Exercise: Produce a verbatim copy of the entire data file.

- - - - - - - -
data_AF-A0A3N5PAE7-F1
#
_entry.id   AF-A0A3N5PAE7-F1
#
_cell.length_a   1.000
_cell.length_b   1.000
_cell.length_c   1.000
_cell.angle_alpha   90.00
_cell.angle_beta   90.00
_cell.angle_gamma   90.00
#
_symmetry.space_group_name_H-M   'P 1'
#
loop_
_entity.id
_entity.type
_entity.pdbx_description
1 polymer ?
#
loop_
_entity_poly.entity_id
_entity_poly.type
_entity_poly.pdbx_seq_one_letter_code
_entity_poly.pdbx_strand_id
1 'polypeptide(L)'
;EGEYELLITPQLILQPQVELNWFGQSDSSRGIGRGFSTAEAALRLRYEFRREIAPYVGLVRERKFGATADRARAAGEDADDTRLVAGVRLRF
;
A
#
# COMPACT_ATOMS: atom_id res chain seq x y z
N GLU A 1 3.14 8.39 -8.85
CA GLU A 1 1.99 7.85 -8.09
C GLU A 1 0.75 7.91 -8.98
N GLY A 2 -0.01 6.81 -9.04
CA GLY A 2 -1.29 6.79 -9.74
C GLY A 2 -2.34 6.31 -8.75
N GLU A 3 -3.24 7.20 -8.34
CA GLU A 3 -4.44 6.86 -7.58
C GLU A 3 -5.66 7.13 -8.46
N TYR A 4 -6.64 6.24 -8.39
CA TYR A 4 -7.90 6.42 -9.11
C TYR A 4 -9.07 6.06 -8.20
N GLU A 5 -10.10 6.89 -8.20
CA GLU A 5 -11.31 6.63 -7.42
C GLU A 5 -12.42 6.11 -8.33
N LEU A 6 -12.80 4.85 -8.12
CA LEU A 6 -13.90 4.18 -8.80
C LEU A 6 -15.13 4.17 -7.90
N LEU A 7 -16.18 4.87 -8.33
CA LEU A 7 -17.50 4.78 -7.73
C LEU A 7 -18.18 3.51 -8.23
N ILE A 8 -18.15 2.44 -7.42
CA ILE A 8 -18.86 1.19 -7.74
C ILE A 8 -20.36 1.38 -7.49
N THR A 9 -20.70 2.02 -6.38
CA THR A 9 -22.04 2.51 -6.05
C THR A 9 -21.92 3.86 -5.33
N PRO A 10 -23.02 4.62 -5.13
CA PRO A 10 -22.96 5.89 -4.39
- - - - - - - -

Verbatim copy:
data_AF-A0A3N5PAE7-F1
#
_entry.id   AF-A0A3N5PAE7-F1
#
_cell.length_a   1.000
_cell.length_b   1.000
_cell.length_c   1.000
_cell.angle_alpha   90.00
_cell.angle_beta   90.00
_cell.angle_gamma   90.00
#
_symmetry.space_group_name_H-M   'P 1'
#
loop_
_entity.id
_entity.type
_entity.pdbx_description
1 polymer ?
#
loop_
_entity_poly.entity_id
_entity_poly.type
_entity_poly.pdbx_seq_one_letter_code
_entity_poly.pdbx_strand_id
1 'polypeptide(L)'
;EGEYELLITPQLILQPQVELNWFGQSDSSRGIGRGFSTAEAALRLRYEFRREIAPYVGLVRERKFGATADRARAAGEDADDTRLVAGVRLRF
;
A
#
# COMPACT_ATOMS: atom_id res chain seq x y z
N GLU A 1 3.14 8.39 -8.85
CA GLU A 1 1.99 7.85 -8.09
C GLU A 1 0.75 7.91 -8.98
N GLY A 2 -0.01 6.81 -9.04
CA GLY A 2 -1.29 6.79 -9.74
C GLY A 2 -2.34 6.31 -8.75
N GLU A 3 -3.24 7.20 -8.34
CA GLU A 3 -4.44 6.86 -7.58
C GLU A 3 -5.66 7.13 -8.46
N TYR A 4 -6.64 6.24 -8.39
CA TYR A 4 -7.90 6.42 -9.11
C TYR A 4 -9.07 6.06 -8.20
N GLU A 5 -10.10 6.89 -8.20
CA GLU A 5 -11.31 6.63 -7.42
C GLU A 5 -12.42 6.11 -8.33
N LEU A 6 -12.80 4.85 -8.12
CA LEU A 6 -13.90 4.18 -8.80
C LEU A 6 -15.13 4.17 -7.90
N LEU A 7 -16.18 4.87 -8.33
CA LEU A 7 -17.50 4.78 -7.73
C LEU A 7 -18.18 3.51 -8.23
N ILE A 8 -18.15 2.44 -7.42
CA ILE A 8 -18.86 1.19 -7.74
C ILE A 8 -20.36 1.38 -7.49
N THR A 9 -20.70 2.02 -6.38
CA THR A 9 -22.04 2.51 -6.05
C THR A 9 -21.92 3.86 -5.33
N PRO A 10 -23.02 4.62 -5.13
CA PRO A 10 -22.96 5.89 -4.39